Ferguson and New York: The Domino Effect and Role of Social Media

Photo Courtesy of Google Images

Photo Courtesy of Google Images

Annie Roebuck '15 and Greta Parr '18, News Editor and Staff Writer

Michael Brown and Eric Garner.  These names flash across the news station banners on a daily basis.  The issue of race related violence has remained at the forefront of conversation, not only, nationally, but also internationally.  Social media has played a new and unique role in the spread of news and opinions regarding each case and the heated legal proceeding following each death.  On August 9, 2014, Michael Brown, an 18-year-old black man, was shot and killed in Ferguson, Missouri by white officer Darren Wilson.  Social media was abuzz with conversations about the shootings.  Dozens of witnesses claimed to have seen the confrontation with varying numbers of gunshots.  Others who claimed to witness the events later admitted to only hearing about what they think happened.  Though the police stand by the statement that Brown “charged” at the policeman, other witnesses have testified with conflicting stories.  One of the most debated issues is whether or not Brown had his hands raised up, or partially up, or not up at all.  Further forensic evidence which includes Brown’s blood inside the police car would support the claim that Brown did not, in fact, put his hands up and assaulted the police officer.  The debate continues on and on.  But was lethal force really necessary in this situation, or is this another example of white police officers using unjustifiable methods on black civilians?  The fact is that there is really no clear answer.  The media hype surrounding the grand jury decision regarding Darren Wilson exploded when they chose not to indict him on any charge.  Still there are questions into the motivations of Prosecutor Bob McCulloch who lead the investigation.

Shortly after this announcement, protesters in Ferguson took to the streets and did not remain peaceful.  Many were arrested for destruction of property, for example the burning of cop cars took place while the police used tactics like tear gas to try to control the situation.  In major cities across the country including New York, Washington D.C., Los Angeles, Atlanta, Miami, Seattle, and Philadelphia protests arose with social media acting as a news source of its own.  According to The Wall Street Journal “over 7.8 million tweets have mentioned the hashtag #Ferguson since August 9” and unlike most “hot topic” news stories this one has not faded away within a week or a month.  In November five players for the St. Louis Rams entered the stadium with the “Hands Up Don’t Shoot” gesture in order to show support for Brown.  The statement sparked much controversy on news stations and social media where everyone had something to say about it.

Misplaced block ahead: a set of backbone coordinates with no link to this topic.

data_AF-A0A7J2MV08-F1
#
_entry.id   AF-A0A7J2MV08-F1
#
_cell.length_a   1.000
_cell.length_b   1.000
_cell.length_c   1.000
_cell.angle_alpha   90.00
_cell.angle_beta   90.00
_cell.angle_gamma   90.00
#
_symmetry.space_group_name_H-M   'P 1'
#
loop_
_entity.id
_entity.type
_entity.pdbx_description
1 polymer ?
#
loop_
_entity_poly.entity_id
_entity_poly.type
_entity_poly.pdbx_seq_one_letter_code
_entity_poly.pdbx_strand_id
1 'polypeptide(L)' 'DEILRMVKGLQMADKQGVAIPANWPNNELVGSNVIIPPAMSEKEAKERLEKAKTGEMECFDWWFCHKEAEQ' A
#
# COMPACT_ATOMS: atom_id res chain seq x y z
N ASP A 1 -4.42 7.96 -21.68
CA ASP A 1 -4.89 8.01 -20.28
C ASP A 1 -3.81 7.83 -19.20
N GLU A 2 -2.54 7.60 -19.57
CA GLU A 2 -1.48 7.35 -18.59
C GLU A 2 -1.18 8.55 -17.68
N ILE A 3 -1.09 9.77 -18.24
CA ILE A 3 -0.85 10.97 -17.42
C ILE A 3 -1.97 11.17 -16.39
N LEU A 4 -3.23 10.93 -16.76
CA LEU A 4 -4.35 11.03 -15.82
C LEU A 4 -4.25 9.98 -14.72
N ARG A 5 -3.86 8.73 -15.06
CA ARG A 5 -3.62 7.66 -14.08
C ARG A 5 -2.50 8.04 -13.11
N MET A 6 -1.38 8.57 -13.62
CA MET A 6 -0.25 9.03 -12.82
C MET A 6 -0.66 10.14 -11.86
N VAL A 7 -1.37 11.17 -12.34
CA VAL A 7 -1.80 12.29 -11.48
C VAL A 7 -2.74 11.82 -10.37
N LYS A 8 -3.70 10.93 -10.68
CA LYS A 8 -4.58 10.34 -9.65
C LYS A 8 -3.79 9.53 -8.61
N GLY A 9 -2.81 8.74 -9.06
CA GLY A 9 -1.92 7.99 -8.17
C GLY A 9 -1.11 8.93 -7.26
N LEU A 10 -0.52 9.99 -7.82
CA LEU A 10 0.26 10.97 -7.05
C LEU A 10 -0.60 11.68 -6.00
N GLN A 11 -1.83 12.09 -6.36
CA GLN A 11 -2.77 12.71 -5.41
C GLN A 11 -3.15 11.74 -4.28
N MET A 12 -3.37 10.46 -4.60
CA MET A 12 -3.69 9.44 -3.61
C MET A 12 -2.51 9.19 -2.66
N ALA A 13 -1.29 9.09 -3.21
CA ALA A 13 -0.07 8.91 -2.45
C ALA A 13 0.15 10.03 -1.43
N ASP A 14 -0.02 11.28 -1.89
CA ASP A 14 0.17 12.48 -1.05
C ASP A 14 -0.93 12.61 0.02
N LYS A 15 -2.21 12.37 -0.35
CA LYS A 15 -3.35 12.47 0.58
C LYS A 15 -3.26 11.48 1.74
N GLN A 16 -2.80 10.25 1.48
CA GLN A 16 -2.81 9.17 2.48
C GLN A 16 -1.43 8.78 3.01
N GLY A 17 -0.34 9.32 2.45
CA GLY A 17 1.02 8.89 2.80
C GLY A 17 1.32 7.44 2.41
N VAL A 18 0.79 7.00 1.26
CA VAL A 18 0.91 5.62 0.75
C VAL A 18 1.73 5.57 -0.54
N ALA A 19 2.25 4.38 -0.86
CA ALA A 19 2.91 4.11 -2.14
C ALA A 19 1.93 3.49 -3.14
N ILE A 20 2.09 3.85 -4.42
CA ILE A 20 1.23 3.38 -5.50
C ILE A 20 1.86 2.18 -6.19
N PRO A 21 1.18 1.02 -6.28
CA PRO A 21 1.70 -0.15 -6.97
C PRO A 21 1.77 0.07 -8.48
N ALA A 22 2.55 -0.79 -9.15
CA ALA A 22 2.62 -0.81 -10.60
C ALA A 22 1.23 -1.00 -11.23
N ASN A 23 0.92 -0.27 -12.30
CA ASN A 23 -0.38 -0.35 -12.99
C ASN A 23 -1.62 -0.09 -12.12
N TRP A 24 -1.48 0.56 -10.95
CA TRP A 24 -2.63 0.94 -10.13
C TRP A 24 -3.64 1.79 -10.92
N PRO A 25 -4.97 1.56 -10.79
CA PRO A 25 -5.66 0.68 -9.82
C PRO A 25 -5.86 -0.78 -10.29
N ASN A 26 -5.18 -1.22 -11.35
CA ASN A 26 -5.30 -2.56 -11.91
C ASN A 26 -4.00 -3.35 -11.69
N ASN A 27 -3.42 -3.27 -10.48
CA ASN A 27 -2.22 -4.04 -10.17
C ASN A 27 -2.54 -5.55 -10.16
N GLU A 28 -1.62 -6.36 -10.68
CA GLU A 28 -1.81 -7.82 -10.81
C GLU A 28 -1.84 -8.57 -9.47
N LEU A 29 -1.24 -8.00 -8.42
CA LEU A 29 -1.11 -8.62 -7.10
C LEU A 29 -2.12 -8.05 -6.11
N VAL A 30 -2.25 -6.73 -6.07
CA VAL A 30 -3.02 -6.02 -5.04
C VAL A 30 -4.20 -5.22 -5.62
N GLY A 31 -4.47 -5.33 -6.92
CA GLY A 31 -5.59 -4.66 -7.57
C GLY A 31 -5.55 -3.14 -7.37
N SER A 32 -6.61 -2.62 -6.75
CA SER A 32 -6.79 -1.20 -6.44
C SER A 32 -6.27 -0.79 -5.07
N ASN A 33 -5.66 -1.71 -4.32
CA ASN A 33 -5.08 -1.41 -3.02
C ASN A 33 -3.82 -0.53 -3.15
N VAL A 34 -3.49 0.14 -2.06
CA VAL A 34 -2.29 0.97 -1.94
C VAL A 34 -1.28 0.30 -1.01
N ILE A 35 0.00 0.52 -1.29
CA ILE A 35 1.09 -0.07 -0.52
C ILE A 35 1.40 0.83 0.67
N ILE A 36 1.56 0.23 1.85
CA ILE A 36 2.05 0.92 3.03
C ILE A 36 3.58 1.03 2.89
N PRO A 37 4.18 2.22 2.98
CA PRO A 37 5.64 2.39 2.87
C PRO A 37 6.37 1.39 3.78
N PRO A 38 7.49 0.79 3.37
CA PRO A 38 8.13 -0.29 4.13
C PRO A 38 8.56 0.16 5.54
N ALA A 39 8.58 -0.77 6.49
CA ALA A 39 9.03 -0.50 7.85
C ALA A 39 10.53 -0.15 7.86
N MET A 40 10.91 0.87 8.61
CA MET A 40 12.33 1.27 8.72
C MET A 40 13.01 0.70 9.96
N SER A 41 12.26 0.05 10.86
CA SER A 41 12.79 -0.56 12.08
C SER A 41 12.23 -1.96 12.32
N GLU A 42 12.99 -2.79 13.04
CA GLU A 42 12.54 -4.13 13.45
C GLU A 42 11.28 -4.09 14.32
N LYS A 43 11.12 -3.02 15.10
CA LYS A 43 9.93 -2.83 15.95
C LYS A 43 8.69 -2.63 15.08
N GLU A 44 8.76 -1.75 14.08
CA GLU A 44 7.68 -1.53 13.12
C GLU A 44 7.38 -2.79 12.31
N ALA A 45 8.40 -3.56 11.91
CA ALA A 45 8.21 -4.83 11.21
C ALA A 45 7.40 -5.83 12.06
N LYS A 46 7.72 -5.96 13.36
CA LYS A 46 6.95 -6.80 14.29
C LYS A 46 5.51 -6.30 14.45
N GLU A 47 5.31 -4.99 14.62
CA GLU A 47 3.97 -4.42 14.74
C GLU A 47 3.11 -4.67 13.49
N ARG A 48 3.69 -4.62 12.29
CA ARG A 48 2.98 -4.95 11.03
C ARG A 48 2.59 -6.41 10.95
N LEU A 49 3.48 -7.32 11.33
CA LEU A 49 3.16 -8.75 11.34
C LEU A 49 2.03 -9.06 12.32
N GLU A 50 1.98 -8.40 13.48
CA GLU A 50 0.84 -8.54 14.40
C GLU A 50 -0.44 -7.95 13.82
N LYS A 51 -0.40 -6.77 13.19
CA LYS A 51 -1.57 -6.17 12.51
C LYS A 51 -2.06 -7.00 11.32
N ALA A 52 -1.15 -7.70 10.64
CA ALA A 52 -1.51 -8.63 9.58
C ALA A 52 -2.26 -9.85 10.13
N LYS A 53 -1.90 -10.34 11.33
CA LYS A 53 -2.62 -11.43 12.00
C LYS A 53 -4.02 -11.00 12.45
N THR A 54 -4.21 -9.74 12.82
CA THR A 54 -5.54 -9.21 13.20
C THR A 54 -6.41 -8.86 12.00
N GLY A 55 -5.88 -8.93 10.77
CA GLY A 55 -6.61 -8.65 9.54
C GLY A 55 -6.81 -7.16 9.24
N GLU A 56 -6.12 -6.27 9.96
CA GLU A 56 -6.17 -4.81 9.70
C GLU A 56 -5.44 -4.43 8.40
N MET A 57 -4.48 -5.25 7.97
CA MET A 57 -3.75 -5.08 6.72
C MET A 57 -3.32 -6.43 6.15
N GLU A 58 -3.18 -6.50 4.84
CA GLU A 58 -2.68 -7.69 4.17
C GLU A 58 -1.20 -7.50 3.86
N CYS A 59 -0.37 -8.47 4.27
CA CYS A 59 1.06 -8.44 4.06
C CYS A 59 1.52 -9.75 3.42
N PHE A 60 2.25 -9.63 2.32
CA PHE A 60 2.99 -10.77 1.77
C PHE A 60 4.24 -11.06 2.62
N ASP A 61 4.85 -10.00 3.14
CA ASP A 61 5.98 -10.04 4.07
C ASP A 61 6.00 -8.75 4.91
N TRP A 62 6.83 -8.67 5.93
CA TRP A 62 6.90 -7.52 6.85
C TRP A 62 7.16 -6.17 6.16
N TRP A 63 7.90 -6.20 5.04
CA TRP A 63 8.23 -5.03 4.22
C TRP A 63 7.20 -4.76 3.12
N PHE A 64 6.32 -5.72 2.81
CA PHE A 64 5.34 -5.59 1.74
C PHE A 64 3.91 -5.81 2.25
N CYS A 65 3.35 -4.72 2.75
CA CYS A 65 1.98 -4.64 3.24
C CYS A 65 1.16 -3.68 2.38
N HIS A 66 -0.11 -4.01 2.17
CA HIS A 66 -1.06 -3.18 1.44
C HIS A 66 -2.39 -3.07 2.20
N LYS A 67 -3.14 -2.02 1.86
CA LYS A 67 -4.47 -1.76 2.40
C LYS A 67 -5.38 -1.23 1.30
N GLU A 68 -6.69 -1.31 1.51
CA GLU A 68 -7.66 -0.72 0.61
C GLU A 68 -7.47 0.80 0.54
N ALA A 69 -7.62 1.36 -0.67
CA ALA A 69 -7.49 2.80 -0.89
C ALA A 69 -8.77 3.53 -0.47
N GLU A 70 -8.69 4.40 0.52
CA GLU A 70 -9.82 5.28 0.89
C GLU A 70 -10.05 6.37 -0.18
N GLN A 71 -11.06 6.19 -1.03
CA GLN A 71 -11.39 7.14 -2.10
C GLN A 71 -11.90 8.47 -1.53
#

Other cases of white police officers using force which ended in a black civilian’s death have come to light.  In New York City, Eric Garner, was a 43-year-old asthmatic and father of six children.  After being approached by police for selling cigarettes illegally, there was a struggle between Garner and several police officers which ended in officer Daniel Pantaleo putting Garner into a chokehold from behind.  The struggle continued and Gardener called out, “I can’t breathe” multiple times.  He was found unresponsive and later died on arrival to Richmond University Medical Center.  Videos of the situation have gone viral on YouTube and news commentators on almost every station have given their input.  “I Can’t Breathe” has sparked movements across racial divisions.  Protests have featured shirts that state “I Can’t Breathe” and celebrities like Samuel L. Jackson have even called out to the public to sing in order to promote awareness and change.

Continued discussions of this issue are ongoing, as are the demonstrations because the world is not a perfect place.  As horrible as these deaths were, they have made people more aware of the racism that exists in the criminal justice system and throughout the United States.  F